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- Produce light by passing current through a thin coil of wire called a filament. As the wire heats, it becomes white hot and emits visible light. Vacuum filled.
- Use for general and task lighting around the house.
- Wattage indicates the amount of electric power used by a bulb to produce light. Generally, the greater the wattage, the greater the light output. Some bulbs produce more light per watt than others.
- Standard household bulbs have an average life of 750 to 1,000 hours, which can be lengthened or shortened by the treatment they receive. For example, a 120V bulb operating on a 125V circuit may produce more light but won’t last as long as one on a 120V circuit.
- Underwriters Laboratories (UL) tags on fixtures designate the maximum allowable wattage. A mercury or fluorescent system is typically limited to a single bulb size.
- Long-life bulbs may last longer than ordinary bulbs, because they have heavier filaments that do not burn out as quickly. However, these bulbs do not produce as much light as standard bulbs.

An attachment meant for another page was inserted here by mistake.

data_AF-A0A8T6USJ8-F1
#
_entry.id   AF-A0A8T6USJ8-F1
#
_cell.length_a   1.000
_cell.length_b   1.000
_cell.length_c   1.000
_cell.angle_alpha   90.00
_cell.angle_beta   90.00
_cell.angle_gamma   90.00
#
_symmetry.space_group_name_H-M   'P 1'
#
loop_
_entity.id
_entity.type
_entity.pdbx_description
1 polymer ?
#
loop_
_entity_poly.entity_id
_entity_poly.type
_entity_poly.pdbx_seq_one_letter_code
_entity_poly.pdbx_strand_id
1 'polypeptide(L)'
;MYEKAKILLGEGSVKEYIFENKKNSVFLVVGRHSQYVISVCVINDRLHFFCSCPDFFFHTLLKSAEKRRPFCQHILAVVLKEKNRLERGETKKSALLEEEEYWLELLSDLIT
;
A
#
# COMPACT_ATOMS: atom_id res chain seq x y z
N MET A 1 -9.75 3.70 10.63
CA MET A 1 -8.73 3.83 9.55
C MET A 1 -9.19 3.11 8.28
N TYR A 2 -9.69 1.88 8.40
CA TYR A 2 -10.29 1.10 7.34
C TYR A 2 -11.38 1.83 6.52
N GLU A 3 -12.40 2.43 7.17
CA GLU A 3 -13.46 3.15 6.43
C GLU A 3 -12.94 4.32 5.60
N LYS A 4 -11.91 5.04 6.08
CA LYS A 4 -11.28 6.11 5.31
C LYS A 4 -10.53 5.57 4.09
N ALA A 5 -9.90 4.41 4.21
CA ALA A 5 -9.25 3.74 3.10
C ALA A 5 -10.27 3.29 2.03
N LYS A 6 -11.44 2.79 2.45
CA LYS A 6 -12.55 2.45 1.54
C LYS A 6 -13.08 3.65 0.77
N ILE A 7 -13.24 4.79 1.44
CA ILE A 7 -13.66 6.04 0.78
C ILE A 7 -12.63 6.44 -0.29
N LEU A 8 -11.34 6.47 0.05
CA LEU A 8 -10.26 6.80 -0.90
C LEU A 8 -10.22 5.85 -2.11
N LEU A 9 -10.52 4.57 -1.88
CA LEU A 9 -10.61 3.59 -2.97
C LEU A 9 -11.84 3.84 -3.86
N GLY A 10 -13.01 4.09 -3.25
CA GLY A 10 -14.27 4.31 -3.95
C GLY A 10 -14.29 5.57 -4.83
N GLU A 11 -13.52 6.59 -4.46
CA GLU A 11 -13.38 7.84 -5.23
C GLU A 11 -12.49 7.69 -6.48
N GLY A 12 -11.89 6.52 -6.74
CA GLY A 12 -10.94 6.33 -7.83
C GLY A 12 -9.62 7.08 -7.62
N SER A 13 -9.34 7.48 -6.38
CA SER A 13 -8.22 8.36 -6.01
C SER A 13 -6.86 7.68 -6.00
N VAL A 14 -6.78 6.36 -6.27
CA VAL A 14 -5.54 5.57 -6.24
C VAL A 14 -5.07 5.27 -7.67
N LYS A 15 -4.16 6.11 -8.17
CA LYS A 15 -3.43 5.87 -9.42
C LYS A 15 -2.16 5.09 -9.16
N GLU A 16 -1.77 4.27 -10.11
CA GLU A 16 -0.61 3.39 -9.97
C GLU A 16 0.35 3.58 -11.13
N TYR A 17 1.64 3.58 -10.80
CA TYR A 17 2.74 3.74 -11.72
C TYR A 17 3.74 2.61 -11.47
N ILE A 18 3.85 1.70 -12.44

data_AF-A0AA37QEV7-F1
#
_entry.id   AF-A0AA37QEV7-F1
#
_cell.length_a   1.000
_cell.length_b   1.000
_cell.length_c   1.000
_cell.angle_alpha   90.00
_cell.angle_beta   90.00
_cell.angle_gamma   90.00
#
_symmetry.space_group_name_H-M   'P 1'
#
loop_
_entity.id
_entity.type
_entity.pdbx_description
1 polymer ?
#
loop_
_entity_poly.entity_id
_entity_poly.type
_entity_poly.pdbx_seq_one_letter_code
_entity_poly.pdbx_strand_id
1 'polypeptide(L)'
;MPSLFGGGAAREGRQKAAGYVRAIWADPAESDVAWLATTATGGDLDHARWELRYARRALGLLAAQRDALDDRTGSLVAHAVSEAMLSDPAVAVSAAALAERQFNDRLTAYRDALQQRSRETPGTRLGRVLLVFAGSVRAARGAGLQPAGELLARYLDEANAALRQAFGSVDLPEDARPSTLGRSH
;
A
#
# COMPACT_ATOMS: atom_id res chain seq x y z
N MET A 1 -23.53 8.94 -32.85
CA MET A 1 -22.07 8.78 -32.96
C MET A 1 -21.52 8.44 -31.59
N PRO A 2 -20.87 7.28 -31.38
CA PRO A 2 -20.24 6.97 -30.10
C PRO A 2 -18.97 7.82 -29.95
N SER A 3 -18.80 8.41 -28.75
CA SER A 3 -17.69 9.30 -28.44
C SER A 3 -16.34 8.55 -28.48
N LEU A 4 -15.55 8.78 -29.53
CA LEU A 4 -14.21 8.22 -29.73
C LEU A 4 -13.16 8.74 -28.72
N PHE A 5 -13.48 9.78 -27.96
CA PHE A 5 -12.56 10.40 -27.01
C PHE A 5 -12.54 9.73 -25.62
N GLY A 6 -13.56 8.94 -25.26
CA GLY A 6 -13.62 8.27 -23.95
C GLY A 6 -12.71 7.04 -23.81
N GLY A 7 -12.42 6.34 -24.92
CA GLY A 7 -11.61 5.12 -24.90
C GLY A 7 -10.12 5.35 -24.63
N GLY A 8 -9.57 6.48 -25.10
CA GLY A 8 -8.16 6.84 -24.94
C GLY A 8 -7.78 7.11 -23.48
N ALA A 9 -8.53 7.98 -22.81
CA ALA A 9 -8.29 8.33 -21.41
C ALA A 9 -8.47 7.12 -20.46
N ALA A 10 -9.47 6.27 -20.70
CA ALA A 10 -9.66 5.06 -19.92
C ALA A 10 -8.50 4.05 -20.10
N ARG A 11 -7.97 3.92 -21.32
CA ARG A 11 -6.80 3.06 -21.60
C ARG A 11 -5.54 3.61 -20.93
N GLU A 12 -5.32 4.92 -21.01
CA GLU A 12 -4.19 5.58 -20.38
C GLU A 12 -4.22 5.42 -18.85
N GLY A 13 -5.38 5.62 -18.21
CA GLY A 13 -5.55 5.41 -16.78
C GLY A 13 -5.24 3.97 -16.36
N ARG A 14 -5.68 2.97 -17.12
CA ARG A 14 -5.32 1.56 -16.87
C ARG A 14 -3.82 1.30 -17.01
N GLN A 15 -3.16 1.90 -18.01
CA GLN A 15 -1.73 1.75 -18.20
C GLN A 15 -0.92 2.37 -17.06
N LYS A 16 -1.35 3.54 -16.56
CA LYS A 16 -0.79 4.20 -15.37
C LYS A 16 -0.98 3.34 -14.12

- Manufacturers disclose average light output (in lumens) and average bulb life (in hours) on package labeling.
- The filament vaporizes as a result of current flowing through it, and generally, the bulb “burns out.” Three-way bulbs lose two light levels when one filament burns out because two filaments are used in the bulb separately for two of the levels and together for the third.
- Bulb designations denote size and shape. The figure following the bulb shape letter designation is the bulb’s maximum diameter in eighths of an inch. Thus, A-19 would mean an A-shaped bulb with a diameter of 19 x 1/8", or 2-3/8".
- Most standard bulb envelopes are made of lime glass, but bulbs that must withstand greater heat are made of harder, heat-resistant glass. Hard-glass envelopes are used in many high-wattage bulbs and in bulbs recommended for outdoor use where there is danger of thermal shock from condensation.
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